DAY 1 (JAN 22, 2010): 5:30 am drive to Sacramento Airport. Meet Marc and Brenda Lhormer, friends and former directors of the Sonoma Valley Film Festival. Currently producing Napa Valley Festival for Nov 2011.
We are sharing a condo. Once landed, we drive to Park City and stop at Kimball Junction Whole Foods so we could pick up our week's worht of food (saves $). Snow flurries begin.
We're staying at the Skiers Lodge - a great location behind the library (a Sundance venue). Our one bedroom is cozy (read small) and a bit funky but functional. Snow begins to fall heavily, several inches within an hour.
We walk in the snow to Main Street to pick up our tickets, visit the Sundance House and get our complimentary water bottles. It's important to stay hydrated at 7,000 feet. The streets are not as crowded as I imagined it would be for the first Friday evening. I wonder if many flights are being delayed with all the snow.
I head up to the Filmmakers Lodge and run into Bay Area friend, Matthew Wood of Scenechronize, who hands me an invite to the Scenechronize lounge, daily coffee and snowjitos - ummm! I walk to the top of Main Street to check out Slamdance. A lot of activity and excitement. I grab a program but never make it.
I check out New Frontiers and am taken in with the art exhibits. I find the video installations intriguing. By now it is evening and many of the Main Street lounges are closing for private parties. I am tired and decide to call it a day. So starts a week of almost non-stop events, parties, films and socializing.
Day Two: Excessive snowfall causes several sold outs films to be available for wait-listing. I get into "Shorts 1," four wonderfully diverse films, a great way to kick off my festival.
I attend the Ivy League mixer at the hip Downstairs and get introduced to two producers from NYC, Arlene Gail and Andrea Magder of Battery Park Films. We become fast friends and potential collaborators. I wind up spending most of the week with them.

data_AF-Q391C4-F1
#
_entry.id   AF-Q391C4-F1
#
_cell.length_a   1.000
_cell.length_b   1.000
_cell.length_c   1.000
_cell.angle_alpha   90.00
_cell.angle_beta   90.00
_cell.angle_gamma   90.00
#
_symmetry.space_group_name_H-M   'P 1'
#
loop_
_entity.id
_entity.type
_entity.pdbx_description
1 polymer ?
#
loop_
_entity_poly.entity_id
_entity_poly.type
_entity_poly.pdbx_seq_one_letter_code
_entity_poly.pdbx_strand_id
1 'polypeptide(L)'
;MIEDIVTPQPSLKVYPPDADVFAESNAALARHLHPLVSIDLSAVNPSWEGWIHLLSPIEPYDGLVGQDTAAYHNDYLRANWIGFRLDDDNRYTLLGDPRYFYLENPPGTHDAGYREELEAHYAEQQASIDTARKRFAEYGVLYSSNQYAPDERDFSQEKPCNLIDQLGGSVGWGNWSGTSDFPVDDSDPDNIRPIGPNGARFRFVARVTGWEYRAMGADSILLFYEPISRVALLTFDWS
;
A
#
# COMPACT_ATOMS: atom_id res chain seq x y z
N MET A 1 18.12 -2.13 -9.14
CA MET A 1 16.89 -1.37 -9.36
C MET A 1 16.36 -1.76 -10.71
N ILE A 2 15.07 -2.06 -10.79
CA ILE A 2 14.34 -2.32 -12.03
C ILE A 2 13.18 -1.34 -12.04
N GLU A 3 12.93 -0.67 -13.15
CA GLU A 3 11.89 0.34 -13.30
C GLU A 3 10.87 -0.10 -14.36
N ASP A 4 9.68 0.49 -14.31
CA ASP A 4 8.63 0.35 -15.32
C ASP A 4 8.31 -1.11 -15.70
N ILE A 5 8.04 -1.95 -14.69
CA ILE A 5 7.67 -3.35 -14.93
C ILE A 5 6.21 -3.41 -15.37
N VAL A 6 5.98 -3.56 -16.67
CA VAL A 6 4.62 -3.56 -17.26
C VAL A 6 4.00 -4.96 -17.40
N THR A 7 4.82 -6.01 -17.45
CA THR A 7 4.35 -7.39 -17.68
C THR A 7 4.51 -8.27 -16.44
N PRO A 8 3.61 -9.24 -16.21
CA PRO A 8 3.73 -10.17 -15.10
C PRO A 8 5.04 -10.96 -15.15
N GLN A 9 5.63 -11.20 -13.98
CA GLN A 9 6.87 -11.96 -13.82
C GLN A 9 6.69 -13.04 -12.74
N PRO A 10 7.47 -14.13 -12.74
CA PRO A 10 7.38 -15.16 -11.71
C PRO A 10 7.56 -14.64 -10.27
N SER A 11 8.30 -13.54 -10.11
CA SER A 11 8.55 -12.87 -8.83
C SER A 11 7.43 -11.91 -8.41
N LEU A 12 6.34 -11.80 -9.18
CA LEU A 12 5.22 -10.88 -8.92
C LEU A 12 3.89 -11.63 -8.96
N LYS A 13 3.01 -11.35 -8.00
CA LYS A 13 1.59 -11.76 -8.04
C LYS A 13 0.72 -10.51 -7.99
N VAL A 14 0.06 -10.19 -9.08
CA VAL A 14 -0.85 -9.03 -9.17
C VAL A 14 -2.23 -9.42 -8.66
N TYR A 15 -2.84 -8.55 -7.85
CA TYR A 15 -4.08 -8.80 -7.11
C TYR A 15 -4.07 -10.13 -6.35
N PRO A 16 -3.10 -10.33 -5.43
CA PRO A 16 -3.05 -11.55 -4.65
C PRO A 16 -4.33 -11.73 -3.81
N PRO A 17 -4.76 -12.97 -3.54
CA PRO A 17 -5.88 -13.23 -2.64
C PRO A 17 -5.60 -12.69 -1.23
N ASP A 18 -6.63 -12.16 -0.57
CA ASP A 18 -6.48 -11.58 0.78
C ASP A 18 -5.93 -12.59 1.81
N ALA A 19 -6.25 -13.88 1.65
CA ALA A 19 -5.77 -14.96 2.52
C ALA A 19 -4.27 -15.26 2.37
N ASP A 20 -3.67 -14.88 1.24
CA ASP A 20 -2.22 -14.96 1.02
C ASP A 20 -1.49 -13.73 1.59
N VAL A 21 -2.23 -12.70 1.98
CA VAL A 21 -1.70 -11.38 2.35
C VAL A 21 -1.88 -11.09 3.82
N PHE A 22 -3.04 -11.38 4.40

Day Three: Sunday morning, I was invited to a private event in Deer Valley. The hosts are film buffs and philanthropists who sponsor a socially conscious Sundance film every year and invite the associated foundation and filmmakers for a private screening and brunch for a small group of potential investors and donors.
The film is "To Catch a Dollar: Muhammad Yunus Banks on America," a doc by Gayle Ferraro and about the man who established Grameen Bank. It offers micro loans to impoverished individuals (mostly women) worldwide (SF is getting one in two months). I am very moved by Dr. Yanus's love for his project.
Some of my favorite parties and lounges: Skywalker, Rovi, Deluxe, Gibson Lounge, Filmmakers Lounge... - K. Wishingrad
These were held in great, comfortable venues, ideal for networking; music at a minimal level, delicious food and drink, wasn't overcrowded, with sufficient seating. All conducive atmospheres for meeting people and making connections.
The Film Utah Launch Party held in the magnificent 3D lounge was loud, crowded and did I say loud and crowded? Although I said I prefer the more cocktail type event, this was a fun, well-done party where I got to mingle with many more local (Salt Lake City) industry folks.
By Tues the parties slowed down and the streets became less crowded.
I played it by ear this year preferring to get tickets for films on a last minute basis. So I didn't see many films I would have wanted to - but was not attached. I make notes of what I want to see and can find them eventually thru other means.
All in all I got to see ten films.
The movies that stood out for me the most were:
"Boy" a New Zealand film by Taika Waititi (he wrote, directed, and starred in). It was a lovely moving story of a young Maori boy coming into age in the early 80's.
I also enjoyed "Nowhere Boy" about the childhood relationship John Lennon had with his mother and aunt. Well acted and moving, I am sure it will get theatrical release.
OK, I will note that Elton John was in sitting in the row behind me.
"Sympathy for Delicious" Mark Ruffalo's directorial debut was a good, solid film. I loved the premise of the story line - transformation of human consciousness and personal growth and evolution.
As extremely cold and snowy most of the week was, I was comfortably cold. Having a warm coat and lined boots are essential. By Wednesday and Thursday, a hint of sun broke through the clouds long enough to melt the black ice and snow off the sidewalks revealing the garbage and occasional lost earring on the pavement.
In my experience, being with so many people who have so much in common around a love for films, who are looking for others to collaborate and create with is an invigorating and uplifting experience.
I know I plan on attending year after year.
Posted on Mar 01, 2010 - 02:02 PM